All experimental protocols were approved by the ethics committee of the Third Affiliated Hospital of Sun Yat-sen University. We confirm that we have read the journal’s position on issues involved in ethical publication, and all methods in this study were carried out in a way that is consistent with those guidelines and regulations. Because the subjects could not be contacted, this study was exempted from informed consent and approved by the ethics committee of the Third Affiliated Hospital of Sun Yat-sen University.
Statistical analyses were conducted by the Statistical Package for the Social Sciences (SPSS) 25.0 software (IBM, Chicago, IL, USA). Continuous variables were expressed as mean ± standard deviation or median, while categorical variables were expressed as a count (percentage). The comparison of continuous variables between the two groups was analyzed with the independent t-test, and categorical variables were analyzed by Pearson’s Chi-square test or Fisher’s exact test. For multiple comparisons, a one-way analysis of variance (ANVOA) was performed to determine the differences between groups. Correlation analysis was conducted with Spearman’s correlation. The receiver operating characteristic (ROC) curve was used to analyze serological markers to assess their ability to distinguish SE patients. An area under the curve (AUC) > 0.7 was considered as a good predictive value. A p-value of p < 0.05 was considered statistically significant.
Baseline demographic and clinical characteristics of 65 participants
Among 65 participants diagnosed with anti-NMDAR encephalitis enrolled in this study, 44 were non-SE patients aged 29.45 ± 11.75 years (19 males and 25 females), and 21 were SE patients aged 26.48 ± 9.44 years (10 males and 11 females). All patients were tested for UA, HDL-C and CRP. The average serum UA level (normal range: 90–420 μmol/L) of the SE group was significantly lower than the non-SE group (p < 0.01). The average UA level was 222.68 ± 77.53 μmol/L in the SE group and 288.82 ± 91.32 μmol/L in the non-SE group. The mean serum HDL-C level (normal range: 0.78–2.00 mmol/L) of the SE group was significantly lower than the non-SE group (p < 0.001). The average HDL-C level was 0.94 ± 0.25 mmol/L in the SE group and 1.33 ± 0.56 μmol/L in the non-SE group. Compared with the non-SE group, patients with SE had lower serum UA (p < 0.01) and HDL-C (p < 0.001) levels. While the SE group presented with a higher CRP level (normal range: 0.0–6.0 mg/L) compared with the non-SE group (7.96 ± 8.95 mg/L versus 3.59 ± 4.03 mg/L), the difference was not statistically significant (p = 0.069). (Table 1).
Data were presented as mean ± standard deviation, median or count (percentage), comparison between the two groups was determined by t test or chi-square test. p < 0.05 was considered significant. Non-SE, non-status epilepticus; SE, status epilepticus; anti-NMDAR, anti-N-methyl-D-aspartate receptor; ALB, albumin; TBILI, total bilirubin; UA, uric acid; Cr, creatinine; CHOL, total cholesterol; LDL-C, low density lipoprotein cholesterol; HDL-C, high density lipoprotein cholesterol; CRP, C-reactive protein; MRI, brain magnetic resonance imaging.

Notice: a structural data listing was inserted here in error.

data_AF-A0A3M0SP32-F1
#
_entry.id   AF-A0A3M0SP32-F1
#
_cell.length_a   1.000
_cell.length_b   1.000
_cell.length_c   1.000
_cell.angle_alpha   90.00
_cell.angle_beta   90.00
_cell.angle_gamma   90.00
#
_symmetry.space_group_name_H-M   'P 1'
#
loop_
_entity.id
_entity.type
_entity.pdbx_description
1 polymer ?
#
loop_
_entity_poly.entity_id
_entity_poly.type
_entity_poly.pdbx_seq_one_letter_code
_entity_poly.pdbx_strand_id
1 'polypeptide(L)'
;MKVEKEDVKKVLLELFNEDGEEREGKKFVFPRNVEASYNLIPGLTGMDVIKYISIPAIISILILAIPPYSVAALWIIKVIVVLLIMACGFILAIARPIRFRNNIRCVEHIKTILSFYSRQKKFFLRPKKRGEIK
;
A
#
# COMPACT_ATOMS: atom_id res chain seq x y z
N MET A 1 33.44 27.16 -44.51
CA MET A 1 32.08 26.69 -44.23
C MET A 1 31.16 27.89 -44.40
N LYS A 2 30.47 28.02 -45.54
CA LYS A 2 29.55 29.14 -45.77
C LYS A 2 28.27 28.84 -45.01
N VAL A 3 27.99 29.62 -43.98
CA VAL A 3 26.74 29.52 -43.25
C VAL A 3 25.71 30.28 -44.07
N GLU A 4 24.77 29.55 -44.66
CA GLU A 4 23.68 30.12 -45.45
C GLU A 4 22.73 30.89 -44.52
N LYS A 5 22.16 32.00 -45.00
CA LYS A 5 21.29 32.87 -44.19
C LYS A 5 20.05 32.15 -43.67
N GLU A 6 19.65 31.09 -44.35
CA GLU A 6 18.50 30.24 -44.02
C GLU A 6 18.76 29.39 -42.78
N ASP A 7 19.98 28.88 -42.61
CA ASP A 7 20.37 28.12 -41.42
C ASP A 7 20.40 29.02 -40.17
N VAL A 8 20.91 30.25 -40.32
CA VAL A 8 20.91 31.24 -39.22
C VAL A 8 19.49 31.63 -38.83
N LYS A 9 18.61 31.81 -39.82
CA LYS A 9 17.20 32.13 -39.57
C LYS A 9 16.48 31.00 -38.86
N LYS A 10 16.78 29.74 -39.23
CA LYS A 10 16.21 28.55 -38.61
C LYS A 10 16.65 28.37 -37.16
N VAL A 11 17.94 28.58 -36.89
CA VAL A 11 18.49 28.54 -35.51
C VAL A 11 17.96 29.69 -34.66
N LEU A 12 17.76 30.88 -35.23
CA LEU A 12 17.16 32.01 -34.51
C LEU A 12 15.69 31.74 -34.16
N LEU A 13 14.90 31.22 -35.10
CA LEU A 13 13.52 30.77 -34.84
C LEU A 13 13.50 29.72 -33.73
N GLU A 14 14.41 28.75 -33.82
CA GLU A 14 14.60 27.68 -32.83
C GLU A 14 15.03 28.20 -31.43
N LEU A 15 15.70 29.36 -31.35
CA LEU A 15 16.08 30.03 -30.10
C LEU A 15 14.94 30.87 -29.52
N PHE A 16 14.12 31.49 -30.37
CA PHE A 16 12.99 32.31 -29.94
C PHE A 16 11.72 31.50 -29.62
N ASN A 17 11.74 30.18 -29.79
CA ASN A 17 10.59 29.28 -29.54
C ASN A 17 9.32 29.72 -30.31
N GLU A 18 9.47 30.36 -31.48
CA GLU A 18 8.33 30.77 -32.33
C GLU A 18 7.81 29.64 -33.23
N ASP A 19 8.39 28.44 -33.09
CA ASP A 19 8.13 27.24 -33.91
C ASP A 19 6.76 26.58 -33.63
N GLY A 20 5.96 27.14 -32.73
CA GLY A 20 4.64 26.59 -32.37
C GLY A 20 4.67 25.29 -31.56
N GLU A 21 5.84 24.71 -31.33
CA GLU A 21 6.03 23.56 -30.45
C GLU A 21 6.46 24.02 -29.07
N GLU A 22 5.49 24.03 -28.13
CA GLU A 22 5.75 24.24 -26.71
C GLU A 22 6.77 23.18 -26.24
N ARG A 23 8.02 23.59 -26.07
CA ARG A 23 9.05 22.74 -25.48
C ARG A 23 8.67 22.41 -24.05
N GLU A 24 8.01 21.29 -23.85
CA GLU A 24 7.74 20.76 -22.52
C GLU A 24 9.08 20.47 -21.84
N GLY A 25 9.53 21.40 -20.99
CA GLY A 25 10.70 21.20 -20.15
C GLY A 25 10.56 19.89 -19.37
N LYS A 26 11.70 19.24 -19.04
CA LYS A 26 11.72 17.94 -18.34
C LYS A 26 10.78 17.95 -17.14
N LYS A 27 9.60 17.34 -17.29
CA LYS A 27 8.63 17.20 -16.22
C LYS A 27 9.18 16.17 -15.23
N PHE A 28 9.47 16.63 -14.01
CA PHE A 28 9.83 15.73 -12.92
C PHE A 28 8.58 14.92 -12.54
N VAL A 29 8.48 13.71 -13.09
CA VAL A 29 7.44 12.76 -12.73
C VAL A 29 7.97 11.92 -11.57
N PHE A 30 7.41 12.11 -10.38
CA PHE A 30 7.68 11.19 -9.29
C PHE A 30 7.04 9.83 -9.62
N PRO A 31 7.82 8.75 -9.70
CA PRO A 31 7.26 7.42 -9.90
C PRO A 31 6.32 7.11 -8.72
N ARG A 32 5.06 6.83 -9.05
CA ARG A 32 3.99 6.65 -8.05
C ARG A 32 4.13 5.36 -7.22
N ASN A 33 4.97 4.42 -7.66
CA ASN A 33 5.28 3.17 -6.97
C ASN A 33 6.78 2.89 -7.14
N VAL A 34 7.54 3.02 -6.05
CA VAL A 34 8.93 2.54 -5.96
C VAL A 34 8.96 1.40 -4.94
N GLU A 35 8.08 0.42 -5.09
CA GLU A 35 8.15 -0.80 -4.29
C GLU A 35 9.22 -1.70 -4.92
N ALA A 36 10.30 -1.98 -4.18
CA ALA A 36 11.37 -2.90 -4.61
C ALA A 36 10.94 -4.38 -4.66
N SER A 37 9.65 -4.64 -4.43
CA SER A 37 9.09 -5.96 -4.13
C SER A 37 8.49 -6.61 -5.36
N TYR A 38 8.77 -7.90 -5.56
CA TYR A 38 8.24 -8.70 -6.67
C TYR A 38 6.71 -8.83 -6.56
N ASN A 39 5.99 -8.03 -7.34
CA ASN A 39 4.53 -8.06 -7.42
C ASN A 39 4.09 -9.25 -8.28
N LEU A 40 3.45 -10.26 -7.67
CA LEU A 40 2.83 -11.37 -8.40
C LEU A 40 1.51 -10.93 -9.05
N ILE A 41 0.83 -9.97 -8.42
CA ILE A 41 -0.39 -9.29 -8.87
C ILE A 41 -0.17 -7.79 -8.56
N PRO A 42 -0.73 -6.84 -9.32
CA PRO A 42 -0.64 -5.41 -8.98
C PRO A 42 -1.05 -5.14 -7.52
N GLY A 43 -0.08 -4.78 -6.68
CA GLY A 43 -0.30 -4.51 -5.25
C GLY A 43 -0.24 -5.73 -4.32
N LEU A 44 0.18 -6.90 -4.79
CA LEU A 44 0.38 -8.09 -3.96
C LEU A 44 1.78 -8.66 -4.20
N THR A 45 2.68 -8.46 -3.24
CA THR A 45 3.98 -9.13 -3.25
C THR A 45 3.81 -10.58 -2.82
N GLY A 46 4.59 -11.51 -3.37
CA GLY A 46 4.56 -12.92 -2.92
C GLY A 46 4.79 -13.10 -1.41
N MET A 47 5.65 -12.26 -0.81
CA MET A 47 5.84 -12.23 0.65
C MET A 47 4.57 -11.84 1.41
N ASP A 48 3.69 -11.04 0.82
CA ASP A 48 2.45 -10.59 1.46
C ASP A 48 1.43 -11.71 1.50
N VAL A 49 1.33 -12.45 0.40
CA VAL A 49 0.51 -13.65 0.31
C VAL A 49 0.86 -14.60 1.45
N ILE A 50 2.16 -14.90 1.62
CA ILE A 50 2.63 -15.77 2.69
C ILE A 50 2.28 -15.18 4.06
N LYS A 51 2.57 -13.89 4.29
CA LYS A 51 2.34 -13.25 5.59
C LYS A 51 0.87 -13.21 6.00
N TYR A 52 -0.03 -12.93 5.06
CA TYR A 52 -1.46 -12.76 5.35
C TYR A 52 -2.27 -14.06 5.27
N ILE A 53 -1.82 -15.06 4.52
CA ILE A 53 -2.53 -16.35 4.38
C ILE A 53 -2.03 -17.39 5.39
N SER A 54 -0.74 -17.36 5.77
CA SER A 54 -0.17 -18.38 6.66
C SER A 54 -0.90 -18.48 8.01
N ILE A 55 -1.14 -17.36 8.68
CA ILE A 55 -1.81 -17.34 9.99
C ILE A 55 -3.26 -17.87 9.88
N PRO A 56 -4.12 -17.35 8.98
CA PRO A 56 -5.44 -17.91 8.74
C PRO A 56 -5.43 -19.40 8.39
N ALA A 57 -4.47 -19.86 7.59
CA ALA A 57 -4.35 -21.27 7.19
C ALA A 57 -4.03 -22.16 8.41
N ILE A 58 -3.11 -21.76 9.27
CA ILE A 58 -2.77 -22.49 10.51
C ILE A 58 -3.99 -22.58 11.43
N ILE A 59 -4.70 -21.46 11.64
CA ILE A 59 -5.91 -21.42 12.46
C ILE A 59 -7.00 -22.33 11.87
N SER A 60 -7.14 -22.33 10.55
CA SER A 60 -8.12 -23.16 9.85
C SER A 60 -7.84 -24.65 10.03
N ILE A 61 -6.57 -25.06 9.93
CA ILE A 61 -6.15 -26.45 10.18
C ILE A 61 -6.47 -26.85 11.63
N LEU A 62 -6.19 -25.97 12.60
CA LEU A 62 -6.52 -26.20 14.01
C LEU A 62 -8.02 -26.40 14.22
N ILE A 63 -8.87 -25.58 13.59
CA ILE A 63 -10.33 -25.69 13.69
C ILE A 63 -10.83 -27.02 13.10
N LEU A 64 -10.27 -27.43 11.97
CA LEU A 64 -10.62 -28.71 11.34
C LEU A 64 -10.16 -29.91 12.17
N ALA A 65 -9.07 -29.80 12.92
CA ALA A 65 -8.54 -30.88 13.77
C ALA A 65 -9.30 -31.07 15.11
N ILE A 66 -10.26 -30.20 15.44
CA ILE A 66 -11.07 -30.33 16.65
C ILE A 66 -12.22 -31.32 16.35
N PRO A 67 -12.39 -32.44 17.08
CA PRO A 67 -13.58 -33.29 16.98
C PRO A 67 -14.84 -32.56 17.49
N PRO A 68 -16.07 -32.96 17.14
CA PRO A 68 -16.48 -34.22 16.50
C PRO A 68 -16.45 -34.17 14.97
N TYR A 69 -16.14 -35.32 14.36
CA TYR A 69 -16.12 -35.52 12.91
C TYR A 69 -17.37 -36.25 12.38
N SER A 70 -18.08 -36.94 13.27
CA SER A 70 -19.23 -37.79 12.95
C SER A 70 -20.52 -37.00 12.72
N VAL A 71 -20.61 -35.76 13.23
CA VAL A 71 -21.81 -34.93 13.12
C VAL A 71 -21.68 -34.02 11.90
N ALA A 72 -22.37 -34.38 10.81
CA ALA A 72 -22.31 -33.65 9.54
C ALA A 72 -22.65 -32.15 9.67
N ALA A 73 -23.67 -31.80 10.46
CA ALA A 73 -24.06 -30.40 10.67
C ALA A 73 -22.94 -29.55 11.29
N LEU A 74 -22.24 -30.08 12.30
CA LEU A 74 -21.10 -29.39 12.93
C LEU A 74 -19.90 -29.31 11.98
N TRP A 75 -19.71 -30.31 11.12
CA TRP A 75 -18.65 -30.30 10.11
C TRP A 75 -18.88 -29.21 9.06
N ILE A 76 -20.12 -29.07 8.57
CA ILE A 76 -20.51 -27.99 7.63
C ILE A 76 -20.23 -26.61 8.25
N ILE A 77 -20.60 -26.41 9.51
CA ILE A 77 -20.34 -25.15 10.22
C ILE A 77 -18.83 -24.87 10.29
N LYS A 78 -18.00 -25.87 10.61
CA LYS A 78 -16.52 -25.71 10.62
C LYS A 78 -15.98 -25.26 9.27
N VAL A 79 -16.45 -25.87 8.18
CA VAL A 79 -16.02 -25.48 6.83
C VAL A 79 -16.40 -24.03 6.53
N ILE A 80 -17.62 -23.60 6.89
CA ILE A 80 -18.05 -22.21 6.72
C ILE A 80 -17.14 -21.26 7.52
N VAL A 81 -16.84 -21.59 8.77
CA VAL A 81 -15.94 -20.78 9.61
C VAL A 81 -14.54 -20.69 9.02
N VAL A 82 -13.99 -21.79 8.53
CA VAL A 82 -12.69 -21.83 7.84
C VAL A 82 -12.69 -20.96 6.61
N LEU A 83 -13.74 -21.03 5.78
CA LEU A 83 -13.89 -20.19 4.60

In brain MRI scans, 21 cases from the non-SE group and 6 cases from the SE group showed abnormalities. The most common abnormalities were in the temporal lobes. Other affected sites were the frontal lobes, basal ganglia, hippocampus, cerebellum, the insula and thalamus. As shown in Fig. 1A, a 28-year-old woman diagnosed with anti-NMDAR encephalitis without SE showed swelling and a slight T2-weighted-fluid-attenuated inversion recovery (FLAIR) hyperintensity in the bilateral temporal lobes.
All anti-NMDAR encephalitis with SE patients exhibited abnormalities in EEG. (Fig. 1B) The brain MRI of a 31-year-old man in the patient group was normal, but his EEG revealed a background of 10–12 Hz alpha activity, dense beta activity, and a sparse appearance of low voltage theta activity. Seizures consisted of a gradual increase in voltage of fast wave activity in the left central and parietal lobes for runs of 10 s. Subsequently, the generalized spike wave rhythm appeared, gradually evolved into a sharp wave rhythm, and finally returned to baseline levels. These bursts occurred every 4–5 min. The EEG patterns were accompanied with decreased consciousness, which is consistent with right upper limb tonic-clonic seizure. (Fig. 1B).
The levels of serum UA and HDL-C decreased before treatment and increased 3 months after treatment in anti-NMDAR encephalitis patients with SE. The level of CRP in the SE group decreased 3 months after treatment
The levels of serum UA, HDL-C and CRP before treatment in healthy controls, the non-SE group and the SE group are shown in Fig. 2. The serum UA level declined in the SE group compared with the healthy controls (p < 0.001) and the non-SE group (p < 0.05). There were no significant differences in serum UA levels between healthy controls and the non-SE group (p > 0.05). (Fig. 2A) Similarly, serum HDL-C levels fell in SE group compared with the healthy controls (p < 0.001) and the non-SE group (p < 0.01). There were no significant differences in serum HDL-C levels between healthy controls and the non-SE group (p > 0.05). (Fig. 2B) The serum CRP levels of the non-SE and SE groups were elevated significantly compared with the healthy controls (p < 0.05, p < 0.05). The level of serum CRP trended upward in the SE group compared with the non-SE group, although this difference was not statistically significant (p = 0.069). (Fig. 2C).